The Gosnell trial is about the killing of infants born alive and a mother undergoing an abortion.
The reaction, however, is not just to the killing of an infant born alive after an abortion, it is to the dismemberment, decapitation, and other gruesome means of killing the unwanted child.
The exposure has abortion advocates worried. We have seen a misleading and unsupported pushback suggesting that feminists have been in the lead in exposing Gosnell when in fact feminists were reacting to pro-life criticism of Gosnell, as I wrote in Salon.com shouts “Look, Squirrel!” to deflect #Gosnell outrage.
Scott Lemieux, writing at the liberal American Prospect, sees the danger of Gosnell’s horrors being generalized and argues the now-standard point that the answer to Gosnell is more abortions in hospitals and cleaner environments:
Finally, the Gosnell case is an illustration of a deeper problem with abortion politics in the United States. A number of pundits—most notably Slate‘s William Saletan and The Daily Beast‘s Megan McArdle—have argued that even though it’s best that abortion remain formally legal, pro-choicers should concede that abortion is an icky, immoral procedure that should be discouraged. But the stigmatization of abortion, as it functions in the United States, greatly harms women. In most other liberal democracies, the Gosnell clinic wouldn’t be an issue because even poor women could obtain safe abortions in a public hospital…. The best way to prevent future Gosnells is to treat pre-viability abortions like the ordinary, safe medical procedures they in fact are, not to engage in sexist moralizing.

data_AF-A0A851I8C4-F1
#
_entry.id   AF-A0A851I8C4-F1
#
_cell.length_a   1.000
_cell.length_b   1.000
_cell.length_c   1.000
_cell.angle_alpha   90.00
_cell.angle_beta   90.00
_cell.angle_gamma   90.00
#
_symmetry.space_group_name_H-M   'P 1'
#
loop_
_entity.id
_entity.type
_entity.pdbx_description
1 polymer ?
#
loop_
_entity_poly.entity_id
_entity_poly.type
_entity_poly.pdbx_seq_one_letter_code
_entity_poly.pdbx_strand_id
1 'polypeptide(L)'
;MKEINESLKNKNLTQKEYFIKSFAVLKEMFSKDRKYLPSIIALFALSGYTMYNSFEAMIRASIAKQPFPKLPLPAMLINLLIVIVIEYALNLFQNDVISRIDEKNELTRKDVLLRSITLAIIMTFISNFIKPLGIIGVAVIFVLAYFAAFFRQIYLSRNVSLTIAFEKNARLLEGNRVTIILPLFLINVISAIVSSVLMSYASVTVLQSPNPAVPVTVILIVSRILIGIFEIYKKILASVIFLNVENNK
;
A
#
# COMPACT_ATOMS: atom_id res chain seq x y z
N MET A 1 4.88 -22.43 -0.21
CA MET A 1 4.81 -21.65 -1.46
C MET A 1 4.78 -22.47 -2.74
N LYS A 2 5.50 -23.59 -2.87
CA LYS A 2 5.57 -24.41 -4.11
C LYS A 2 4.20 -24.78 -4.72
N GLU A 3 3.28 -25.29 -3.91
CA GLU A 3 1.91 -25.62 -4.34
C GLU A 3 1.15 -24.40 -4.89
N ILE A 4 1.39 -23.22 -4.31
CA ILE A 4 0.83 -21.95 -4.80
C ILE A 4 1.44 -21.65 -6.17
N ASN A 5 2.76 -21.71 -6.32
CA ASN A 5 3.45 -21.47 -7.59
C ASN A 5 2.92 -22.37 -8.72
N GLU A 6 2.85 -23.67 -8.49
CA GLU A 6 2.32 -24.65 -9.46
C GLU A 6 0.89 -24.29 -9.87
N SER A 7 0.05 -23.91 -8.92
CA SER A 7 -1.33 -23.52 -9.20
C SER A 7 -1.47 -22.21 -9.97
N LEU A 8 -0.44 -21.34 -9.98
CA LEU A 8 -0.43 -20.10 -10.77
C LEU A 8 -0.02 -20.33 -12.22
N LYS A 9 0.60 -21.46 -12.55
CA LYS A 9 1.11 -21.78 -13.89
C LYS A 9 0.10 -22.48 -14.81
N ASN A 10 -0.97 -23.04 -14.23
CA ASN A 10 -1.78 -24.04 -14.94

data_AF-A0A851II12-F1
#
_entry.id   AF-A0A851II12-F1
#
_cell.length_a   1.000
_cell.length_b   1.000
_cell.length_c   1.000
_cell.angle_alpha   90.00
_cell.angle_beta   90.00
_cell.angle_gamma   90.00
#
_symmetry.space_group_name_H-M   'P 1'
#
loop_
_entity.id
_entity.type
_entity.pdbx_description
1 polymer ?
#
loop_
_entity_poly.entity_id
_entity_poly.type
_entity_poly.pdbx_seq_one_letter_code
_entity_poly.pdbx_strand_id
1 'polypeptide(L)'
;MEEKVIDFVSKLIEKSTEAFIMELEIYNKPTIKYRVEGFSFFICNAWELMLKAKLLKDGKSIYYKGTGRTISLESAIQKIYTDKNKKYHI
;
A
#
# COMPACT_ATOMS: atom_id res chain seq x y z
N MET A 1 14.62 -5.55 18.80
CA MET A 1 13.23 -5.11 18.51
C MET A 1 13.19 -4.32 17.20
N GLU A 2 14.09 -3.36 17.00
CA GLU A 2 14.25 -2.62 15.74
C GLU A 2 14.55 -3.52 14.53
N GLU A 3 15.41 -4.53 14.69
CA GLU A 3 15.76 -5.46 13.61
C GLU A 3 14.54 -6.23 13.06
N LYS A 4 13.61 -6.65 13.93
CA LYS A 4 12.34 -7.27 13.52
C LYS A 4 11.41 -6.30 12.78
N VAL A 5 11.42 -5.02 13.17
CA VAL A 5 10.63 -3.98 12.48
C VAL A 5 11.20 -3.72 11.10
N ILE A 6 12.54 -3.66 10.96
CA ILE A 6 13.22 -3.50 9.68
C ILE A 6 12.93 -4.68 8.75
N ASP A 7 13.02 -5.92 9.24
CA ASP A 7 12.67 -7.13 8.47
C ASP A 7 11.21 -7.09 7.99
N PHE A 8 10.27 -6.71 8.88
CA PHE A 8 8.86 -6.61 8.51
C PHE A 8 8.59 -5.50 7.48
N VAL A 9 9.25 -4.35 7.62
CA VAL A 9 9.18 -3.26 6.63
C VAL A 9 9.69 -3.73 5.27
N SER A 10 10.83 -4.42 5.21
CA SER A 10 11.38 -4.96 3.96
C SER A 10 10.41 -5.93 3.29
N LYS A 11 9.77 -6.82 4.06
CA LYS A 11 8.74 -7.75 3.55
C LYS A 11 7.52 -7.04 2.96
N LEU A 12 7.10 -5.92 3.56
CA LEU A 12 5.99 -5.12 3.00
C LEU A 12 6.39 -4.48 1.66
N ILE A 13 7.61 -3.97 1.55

Here is an unborn child at 12 weeks (via WebMD):
And 20 weeks:
Aborting these children is legal using the procedures used by Gosnell, albeit in utero, although the 20th week is a frequent cut-off point used in proposed state legislation.
The dismemberment of these children in utero receives about as much mainstream media coverage as the Gosnell trial received until late last week. The fear among pro-abortion advocates seems to be that Gosnell may change media coverage and public perception not only of infants born alive, but of abortion more generally.
A writer at The Washington Post argues that the lack of mainstream media coverage is not the result of pro-abortion media bias, but “something far more banal.”
I can’t believe WaPo used that term.